A question that has been bugging me recently is whether it is more correct to refer to the Random Forests Classifier as "Random Forests" or "Random Forest" (e.g. "We implemented a Random Forest classifier" or "We implemented a Random Forests classifier".) Which is more correct, or are both equally correct? Breiman in his classic paper https://www.stat.berkeley.edu/~breiman/randomforest2001.pdf seems to use both interchangeably, although most papers I have read refer to it as "Random Forests".


2 Answers 2


If you go Breiman's page, you will find this statement about trademark.

Random Forests(tm) is a trademark of Leo Breiman and Adele Cutler and is licensed exclusively to Salford Systems for the commercial release of the software. Our trademarks also include RF(tm), RandomForests(tm), RandomForest(tm) and Random Forest(tm).

I would say, all of the are the same.


Wikitionary defines a "forest" as

A dense collection of trees covering a relatively large area. Larger than woods.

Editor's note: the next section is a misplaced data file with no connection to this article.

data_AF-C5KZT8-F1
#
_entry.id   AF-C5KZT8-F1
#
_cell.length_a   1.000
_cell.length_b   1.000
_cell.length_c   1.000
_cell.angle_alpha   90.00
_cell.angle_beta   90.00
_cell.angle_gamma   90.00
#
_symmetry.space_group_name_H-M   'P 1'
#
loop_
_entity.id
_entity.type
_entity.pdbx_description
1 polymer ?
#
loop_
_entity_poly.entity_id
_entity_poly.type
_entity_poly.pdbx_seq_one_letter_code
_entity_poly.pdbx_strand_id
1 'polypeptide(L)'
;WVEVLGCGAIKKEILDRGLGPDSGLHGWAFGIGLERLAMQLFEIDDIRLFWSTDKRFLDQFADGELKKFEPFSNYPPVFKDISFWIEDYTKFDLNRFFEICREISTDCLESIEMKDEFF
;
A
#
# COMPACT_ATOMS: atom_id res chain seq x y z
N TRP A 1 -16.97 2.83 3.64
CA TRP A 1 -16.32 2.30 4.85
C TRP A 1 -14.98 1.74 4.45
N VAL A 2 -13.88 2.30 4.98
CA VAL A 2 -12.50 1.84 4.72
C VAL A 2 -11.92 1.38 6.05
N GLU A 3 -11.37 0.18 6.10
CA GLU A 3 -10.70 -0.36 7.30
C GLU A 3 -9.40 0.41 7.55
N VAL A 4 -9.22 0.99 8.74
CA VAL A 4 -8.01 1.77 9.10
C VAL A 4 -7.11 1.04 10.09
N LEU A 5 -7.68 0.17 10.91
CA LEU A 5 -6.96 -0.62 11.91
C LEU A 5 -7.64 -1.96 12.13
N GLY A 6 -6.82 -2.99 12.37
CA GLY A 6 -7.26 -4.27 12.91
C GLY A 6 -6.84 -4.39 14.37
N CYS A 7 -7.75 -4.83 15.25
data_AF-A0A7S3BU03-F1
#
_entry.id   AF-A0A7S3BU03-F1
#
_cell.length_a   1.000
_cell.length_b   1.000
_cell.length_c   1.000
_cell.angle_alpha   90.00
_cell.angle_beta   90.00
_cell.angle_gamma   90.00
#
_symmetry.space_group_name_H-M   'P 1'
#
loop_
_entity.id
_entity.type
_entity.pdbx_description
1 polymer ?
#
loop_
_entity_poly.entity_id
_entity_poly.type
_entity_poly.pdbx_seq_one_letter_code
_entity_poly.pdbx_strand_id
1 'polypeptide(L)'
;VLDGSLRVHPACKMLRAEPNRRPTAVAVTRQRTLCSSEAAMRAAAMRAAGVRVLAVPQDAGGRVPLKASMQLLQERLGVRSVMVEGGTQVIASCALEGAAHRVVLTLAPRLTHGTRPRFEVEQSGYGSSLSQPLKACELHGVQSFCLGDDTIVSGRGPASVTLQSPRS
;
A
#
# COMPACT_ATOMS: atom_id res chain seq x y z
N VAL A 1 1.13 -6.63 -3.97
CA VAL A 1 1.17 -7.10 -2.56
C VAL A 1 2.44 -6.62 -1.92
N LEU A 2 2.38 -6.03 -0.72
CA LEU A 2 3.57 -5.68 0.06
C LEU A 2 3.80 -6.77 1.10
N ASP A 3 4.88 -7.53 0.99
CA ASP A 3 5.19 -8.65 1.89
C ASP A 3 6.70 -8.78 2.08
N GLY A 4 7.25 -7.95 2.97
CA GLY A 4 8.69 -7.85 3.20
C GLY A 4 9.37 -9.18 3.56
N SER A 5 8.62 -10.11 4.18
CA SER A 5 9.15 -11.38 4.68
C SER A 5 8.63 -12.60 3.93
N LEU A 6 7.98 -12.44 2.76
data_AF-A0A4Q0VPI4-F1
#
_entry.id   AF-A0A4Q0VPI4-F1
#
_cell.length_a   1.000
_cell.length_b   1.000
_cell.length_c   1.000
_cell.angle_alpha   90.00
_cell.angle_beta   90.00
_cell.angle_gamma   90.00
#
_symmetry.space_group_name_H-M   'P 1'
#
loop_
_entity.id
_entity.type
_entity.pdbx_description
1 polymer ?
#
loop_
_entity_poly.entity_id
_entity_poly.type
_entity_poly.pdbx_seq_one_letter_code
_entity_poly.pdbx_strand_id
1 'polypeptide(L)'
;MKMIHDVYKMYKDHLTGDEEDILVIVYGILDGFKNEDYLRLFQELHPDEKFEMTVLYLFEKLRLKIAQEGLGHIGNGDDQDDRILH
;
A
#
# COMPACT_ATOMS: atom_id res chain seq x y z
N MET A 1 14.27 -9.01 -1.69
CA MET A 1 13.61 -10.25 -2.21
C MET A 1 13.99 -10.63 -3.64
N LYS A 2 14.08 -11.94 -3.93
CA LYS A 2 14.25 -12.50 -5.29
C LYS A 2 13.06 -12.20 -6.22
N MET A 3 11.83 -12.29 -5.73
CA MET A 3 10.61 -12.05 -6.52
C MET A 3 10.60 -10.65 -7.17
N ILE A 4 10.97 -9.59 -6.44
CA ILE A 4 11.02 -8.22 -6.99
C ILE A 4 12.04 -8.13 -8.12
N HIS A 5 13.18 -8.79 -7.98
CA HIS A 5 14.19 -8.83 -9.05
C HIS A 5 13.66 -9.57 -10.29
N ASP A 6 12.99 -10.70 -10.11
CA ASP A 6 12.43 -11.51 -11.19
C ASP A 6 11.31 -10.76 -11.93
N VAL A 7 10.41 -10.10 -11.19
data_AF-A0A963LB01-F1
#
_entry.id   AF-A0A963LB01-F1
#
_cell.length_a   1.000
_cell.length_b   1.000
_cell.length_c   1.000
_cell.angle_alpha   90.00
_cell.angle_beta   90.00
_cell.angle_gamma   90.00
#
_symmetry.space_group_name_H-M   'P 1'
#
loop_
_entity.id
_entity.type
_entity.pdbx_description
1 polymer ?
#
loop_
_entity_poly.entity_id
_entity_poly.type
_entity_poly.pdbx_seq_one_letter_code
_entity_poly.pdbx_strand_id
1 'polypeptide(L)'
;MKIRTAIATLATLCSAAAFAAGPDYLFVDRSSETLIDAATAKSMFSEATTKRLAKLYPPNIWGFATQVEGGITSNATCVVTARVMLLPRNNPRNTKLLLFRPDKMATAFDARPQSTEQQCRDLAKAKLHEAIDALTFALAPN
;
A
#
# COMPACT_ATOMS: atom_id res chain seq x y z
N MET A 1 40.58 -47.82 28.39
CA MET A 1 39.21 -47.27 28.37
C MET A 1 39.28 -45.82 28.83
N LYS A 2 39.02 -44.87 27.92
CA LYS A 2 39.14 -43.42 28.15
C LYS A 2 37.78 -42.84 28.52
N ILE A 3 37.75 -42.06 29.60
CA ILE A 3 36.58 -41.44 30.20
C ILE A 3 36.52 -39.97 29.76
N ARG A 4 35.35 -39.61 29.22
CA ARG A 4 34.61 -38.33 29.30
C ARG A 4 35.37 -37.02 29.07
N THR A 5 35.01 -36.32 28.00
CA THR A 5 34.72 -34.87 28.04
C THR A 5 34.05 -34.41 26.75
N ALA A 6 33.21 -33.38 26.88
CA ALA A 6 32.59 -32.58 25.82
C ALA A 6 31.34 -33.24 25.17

Therefore, random forests would necessarily be two or more large collections of trees. Perhaps this could be the averaging of random forest fit more than once, using different hyperparameters or data.

We also have a new term: when doing exploratory analysis with ntree = small, we have a random wood

In case the above is insufficiently pedantic:

random_wood <- randomForest(Species ~ ., ntree = 50, data = iris)
random_forest_1 <- randomForest(Species ~ ., ntree = 200, data = iris, mtry = 2)
random_forest_2 <- randomForest(Species ~ ., ntree = 200, data = iris, mtry = 3)
random_forests <- combine(random_forest_1, random_forest_2)
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    $\begingroup$ I think you are missing the forest for the trees here. $\endgroup$
    – C8H10N4O2
    Dec 1, 2018 at 2:08

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